Another way to propagate plants from leaf vein cuttings is to select a leaf and cut the veins at a 2-inch interval. After that, allow the underside of the leaf to touch the soil. After a few weeks, new plants will spring up from each cut section of the leaf.

Some common plants you can propagate from leaf vein cuttings are Sinningla, Rex begonia, and Smithianthas.

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Propagation Steps : IG@one.node

Quick Recap

Propagating leaves outside is not all that difficult. It would be best to use the proper propagation medium, humidity levels, lighting, and rooting hormones.

You can either propagate a plant from leaf cuttings or leaf vein cuttings. If everything is done right, your new plant should spring to life in a couple of weeks.

How to Grow Succulents from Seeds (Guide)

How to Grow Succulents from Seeds

Before we start, did you know you can get amazing deals and savings so long as you’re an Amazon Prime member. Since we work with Amazon closely, we’re able to provide a 30 day free trial if you need to sign up! We know we’re going to get some deals on gardening tools and maybe planters for ourselves, what would you get?

Now back to succulents…

Nothing is as exhilarating as watching plants grow from scratch. One moment, the only thing on sight is a boring lump of soil. Fast-forward a few moons later, cute little shoots are springing up from mother earth. It gets even more exciting when it comes to succulents!

Beautiful would be quite a stingy adjective to describe succulents when they’re growing from seeds – they’re gorgeous.

Growing succulents from seeds isn’t rocket science. Sure, the whole process may progress at a snail’s pace or require you to be a bit more patient than usual, but the wait is always worth it. In a few days or months, small seeds may transform into admirable, exotic, and rare succulents – quite the dream of every succulent lover.

If you’re up for the challenge, we’re more than ready to give you the low down!

How to grow succulents from seeds article

Why grow succulents from seeds?

You’re right, there are much simpler ways of acquiring succulents. If it’s not propagating via stem cuttings, then leaf cuttings may get the job done. You can also get one as a gift or just spend a few bucks and buy a grown one.

However, there are a few exceptions. Certain rare succulents are not available for purchase easily and so the only option becomes growing from seeds. Additionally, some varieties may cost you an arm and a leg while the same seeds will go for a pittance.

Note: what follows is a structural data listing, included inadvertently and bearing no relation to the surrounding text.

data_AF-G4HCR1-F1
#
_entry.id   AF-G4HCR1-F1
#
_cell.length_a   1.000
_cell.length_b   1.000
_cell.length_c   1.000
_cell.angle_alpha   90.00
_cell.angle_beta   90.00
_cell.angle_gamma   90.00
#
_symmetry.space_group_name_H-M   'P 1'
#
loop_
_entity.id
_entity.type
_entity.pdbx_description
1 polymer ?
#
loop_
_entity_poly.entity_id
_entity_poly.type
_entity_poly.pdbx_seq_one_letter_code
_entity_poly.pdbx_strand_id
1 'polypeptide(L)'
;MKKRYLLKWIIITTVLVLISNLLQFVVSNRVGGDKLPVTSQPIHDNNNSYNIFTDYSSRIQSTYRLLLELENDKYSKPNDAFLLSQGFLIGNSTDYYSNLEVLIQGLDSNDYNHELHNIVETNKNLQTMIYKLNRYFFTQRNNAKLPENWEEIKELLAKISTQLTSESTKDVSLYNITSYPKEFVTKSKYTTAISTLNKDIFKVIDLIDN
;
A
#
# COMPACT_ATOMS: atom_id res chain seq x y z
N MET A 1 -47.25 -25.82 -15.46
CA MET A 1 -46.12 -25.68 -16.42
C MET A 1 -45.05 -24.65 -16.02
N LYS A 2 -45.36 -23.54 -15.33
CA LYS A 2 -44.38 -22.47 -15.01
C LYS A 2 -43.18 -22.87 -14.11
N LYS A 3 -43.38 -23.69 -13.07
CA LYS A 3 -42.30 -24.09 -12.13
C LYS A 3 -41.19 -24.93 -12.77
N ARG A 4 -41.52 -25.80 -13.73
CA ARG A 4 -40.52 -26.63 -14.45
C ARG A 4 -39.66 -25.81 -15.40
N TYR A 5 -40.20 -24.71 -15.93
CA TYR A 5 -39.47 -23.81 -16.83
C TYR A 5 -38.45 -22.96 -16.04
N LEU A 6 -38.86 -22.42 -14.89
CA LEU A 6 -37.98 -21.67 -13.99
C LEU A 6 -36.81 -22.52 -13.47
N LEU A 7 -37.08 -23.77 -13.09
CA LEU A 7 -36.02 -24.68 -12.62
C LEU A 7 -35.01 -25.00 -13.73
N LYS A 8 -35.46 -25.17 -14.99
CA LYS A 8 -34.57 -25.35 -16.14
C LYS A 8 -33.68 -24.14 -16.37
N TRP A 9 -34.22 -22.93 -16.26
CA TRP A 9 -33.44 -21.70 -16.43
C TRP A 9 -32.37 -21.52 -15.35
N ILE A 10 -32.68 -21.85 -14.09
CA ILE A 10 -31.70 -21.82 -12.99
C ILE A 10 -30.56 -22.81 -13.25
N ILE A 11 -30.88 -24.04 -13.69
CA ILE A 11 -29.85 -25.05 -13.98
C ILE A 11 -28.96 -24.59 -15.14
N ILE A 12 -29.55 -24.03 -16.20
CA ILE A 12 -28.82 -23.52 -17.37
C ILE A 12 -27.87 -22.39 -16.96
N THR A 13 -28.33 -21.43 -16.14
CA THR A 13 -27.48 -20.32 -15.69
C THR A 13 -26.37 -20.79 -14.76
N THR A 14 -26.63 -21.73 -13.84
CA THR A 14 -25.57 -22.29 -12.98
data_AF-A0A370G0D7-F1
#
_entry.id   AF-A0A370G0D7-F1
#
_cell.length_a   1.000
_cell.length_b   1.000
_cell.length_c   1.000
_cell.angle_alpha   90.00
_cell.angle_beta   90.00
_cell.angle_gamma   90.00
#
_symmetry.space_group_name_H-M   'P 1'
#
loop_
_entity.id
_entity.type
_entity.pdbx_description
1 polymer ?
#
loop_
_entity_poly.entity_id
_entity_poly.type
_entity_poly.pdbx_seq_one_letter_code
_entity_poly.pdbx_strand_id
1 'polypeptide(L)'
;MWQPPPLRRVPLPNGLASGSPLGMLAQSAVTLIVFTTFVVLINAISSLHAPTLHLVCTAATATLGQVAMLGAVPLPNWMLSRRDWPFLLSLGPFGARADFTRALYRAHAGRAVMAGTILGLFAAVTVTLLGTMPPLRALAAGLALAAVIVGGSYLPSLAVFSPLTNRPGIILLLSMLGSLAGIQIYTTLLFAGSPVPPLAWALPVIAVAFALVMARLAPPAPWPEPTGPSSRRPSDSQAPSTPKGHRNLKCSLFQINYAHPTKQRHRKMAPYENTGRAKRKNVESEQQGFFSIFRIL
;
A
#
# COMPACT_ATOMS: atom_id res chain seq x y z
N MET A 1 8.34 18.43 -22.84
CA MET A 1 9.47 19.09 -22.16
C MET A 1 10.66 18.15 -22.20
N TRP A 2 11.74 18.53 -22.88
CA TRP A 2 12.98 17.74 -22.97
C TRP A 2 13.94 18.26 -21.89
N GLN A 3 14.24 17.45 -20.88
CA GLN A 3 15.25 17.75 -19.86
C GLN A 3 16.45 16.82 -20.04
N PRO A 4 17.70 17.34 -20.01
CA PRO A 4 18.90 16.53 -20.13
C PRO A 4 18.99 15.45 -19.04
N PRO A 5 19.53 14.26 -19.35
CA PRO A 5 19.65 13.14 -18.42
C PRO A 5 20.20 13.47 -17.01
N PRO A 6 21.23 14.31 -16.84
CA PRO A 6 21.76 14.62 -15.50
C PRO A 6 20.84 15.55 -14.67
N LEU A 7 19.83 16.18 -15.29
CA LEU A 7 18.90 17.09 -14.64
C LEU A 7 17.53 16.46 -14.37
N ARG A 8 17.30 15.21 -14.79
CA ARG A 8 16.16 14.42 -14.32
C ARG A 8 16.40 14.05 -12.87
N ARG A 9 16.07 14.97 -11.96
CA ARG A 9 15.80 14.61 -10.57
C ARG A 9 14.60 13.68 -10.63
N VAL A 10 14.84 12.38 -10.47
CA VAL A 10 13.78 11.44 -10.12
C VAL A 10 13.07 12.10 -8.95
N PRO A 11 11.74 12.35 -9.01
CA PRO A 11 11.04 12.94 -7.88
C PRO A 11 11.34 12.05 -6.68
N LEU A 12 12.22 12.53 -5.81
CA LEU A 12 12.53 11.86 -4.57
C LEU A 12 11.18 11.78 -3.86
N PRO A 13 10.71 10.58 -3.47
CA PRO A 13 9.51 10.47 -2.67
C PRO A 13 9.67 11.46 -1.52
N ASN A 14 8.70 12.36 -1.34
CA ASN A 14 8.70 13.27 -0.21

And did I mention that you can grow succulents from seeds to have enough to give out as gifts to friends and family members? It’s also an opportunity for succulent freaks to get into the nitty-gritty of succulents’ growth.

Buy Authentic Succulent Seeds

With e-commerce being popular as ever, it goes without saying that being ripped off also comes easily. You definitely don’t want to purchase “supposed” succulent seeds only to find out they are some grass variants after germinating.

Or wait for a lifetime for the seeds to germinate only to realize they were fake or dead. Do a bit of homework and buy from a reputable source. You’ll want to check out suppliers’ reviews before placing an order. If the thought of getting a good supplier overwhelms you, the following suggestions might be helpful.

Local plant stores near you

Succulents and cacti seeds are readily available in local garden centers or plant nurseries. Alternatively, you can find them in big-box stores like Home Depot or Lowe’s.

How to grow succulents from seeds


You can find reliable seed suppliers here without much fuzz. Prices vary depending on the varieties with the designer succulent types fetching higher prices.


If you want to browse an extremely wide variety of succulents seeds, CactusPlaza got you covered. You’ll find rare and exotic succulent seeds that you can hardly get anywhere else.


A simple search of succulent seeds on this mammoth marketplace will yield you some valuable results. Be sure to read reviews to establish the legitimacy of the supplier. Besides, it’s worthwhile noting that most seeds come from Asia so they may take a while to reach you.

Growing Succulent Seeds

Growing succulents from seeds successfully is a combination of various factors. It goes without saying that having the right tools for the job will get the work done effortlessly.

Supplies and tools needed

  • Authentic succulent or cacti seeds.
  • Well draining cacti potting mix.
  • Shallow planting tray with multiple holes for draining.
  • Plant dome or your typical shower cap will work.


Before sowing or planting your succulent seeds, it’s important to have the correct substrate. This is a central determining factor in the growth of your seeds and so you want to be keen on this one.

Succulent seeds will do well in a potting substrate that is rich in sand. In other words, very coarse and well-draining. Builder’s sand or Horticultural sand can both fit pretty well. In case they’re out of reach, you can mix a portion of regular soil with perlite and grit.

We highly recommend this soil mix by Bonsai Jack. It is one of the best soil mixes on the market. It doesn’t need to be mixed with any other soil, it helps fight root rot, perfectly pH Balanced & is pathogen-free (ie: won’t kill your plants). This soil is the go-to for our office plants.

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To eliminate pathogens in regular succulent soil, you can sterilize the mixed substrate by baking it in an oven at 300 degrees F for no more than 35 minutes. If that’s not viable for you, a microwave can also come in handy. 10 minutes will be enough.

Let the soil cool down before proceeding to fill the planting tray.

Growing succulents from seeds succulent city article

Fill your planting tray with substrate mix

Ensure your planting tray is free from old soil by giving it a thorough wash.

Next, fill it up with your newly prepared potting mix about half an inch below the tray’s edge.